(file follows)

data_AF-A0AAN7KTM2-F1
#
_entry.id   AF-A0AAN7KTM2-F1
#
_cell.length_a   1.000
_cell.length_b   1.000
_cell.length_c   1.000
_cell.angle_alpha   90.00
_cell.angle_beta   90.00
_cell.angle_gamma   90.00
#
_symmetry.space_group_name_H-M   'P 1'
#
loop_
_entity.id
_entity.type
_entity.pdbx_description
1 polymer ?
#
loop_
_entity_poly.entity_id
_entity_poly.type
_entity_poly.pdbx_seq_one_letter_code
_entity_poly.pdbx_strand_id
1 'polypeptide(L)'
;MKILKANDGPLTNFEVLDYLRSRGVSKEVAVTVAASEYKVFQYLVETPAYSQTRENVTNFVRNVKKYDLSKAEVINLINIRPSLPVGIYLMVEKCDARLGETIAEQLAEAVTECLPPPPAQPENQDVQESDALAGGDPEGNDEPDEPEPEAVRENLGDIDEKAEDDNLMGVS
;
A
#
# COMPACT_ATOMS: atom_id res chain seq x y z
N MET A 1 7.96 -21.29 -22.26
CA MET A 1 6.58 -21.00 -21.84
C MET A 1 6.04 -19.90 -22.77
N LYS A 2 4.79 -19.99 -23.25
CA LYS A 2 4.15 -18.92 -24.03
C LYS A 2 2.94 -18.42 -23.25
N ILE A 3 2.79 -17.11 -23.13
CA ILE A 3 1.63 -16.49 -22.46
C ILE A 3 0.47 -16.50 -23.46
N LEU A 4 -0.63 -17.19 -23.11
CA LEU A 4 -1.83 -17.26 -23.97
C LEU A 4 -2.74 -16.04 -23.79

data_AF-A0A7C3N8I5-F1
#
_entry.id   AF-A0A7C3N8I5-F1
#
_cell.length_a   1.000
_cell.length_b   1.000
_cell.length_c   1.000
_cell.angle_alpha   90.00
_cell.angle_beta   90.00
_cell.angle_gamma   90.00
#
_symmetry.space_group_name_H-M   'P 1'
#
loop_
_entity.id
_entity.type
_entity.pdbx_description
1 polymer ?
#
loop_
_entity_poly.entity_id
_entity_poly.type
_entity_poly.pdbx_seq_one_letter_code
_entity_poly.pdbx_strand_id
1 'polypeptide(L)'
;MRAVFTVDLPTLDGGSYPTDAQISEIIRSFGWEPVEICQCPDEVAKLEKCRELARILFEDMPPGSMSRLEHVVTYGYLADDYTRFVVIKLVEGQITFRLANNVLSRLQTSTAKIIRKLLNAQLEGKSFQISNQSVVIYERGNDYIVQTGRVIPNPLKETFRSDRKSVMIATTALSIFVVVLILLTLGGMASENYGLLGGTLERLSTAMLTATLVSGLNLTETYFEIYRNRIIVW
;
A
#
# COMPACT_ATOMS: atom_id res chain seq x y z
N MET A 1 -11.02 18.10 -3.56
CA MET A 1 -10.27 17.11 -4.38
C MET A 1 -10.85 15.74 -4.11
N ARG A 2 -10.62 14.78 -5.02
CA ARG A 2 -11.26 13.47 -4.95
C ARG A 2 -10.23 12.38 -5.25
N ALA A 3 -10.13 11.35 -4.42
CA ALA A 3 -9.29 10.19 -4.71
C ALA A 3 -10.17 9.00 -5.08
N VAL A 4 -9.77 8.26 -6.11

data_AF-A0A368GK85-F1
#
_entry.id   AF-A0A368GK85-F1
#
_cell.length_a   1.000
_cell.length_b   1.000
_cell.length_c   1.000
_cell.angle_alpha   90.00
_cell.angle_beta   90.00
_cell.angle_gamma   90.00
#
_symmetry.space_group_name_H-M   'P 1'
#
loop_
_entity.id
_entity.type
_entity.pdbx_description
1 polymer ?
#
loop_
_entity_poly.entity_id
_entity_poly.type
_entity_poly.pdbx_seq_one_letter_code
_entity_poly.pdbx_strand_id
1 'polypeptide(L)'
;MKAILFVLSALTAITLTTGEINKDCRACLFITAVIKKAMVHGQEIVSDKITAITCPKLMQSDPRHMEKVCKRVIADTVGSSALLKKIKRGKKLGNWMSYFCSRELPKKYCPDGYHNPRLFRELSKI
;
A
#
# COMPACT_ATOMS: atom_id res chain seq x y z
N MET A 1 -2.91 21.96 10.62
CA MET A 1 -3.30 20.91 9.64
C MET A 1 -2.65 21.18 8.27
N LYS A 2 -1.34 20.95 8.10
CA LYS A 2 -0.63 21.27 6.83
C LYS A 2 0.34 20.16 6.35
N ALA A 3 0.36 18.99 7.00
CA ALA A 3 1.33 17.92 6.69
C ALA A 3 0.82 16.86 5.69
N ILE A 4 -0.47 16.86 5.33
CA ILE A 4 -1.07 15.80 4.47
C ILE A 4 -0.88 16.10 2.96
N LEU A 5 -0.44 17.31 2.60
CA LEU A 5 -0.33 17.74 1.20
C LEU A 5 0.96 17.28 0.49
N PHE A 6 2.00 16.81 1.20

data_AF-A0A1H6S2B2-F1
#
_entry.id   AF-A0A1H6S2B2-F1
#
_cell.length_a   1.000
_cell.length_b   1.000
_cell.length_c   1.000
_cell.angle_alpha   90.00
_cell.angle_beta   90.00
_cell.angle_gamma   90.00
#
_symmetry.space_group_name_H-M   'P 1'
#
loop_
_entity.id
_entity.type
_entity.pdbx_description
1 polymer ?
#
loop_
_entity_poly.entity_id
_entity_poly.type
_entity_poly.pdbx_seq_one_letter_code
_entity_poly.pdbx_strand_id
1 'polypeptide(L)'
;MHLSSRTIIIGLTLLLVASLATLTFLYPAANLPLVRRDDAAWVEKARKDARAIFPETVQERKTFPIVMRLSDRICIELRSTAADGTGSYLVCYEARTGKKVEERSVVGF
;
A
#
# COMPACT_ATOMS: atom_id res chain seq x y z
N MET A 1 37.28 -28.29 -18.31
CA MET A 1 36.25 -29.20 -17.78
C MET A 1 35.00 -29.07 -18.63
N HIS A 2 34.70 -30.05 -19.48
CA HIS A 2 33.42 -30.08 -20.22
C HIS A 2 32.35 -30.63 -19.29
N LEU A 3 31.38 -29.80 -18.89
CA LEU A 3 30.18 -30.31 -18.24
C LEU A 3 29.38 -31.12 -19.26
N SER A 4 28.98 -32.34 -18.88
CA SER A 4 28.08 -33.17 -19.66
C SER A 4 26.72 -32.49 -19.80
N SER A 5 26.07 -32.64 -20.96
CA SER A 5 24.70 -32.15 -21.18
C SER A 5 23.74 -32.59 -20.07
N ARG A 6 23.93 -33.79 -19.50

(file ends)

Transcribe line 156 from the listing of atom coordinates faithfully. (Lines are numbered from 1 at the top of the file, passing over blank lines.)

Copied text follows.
A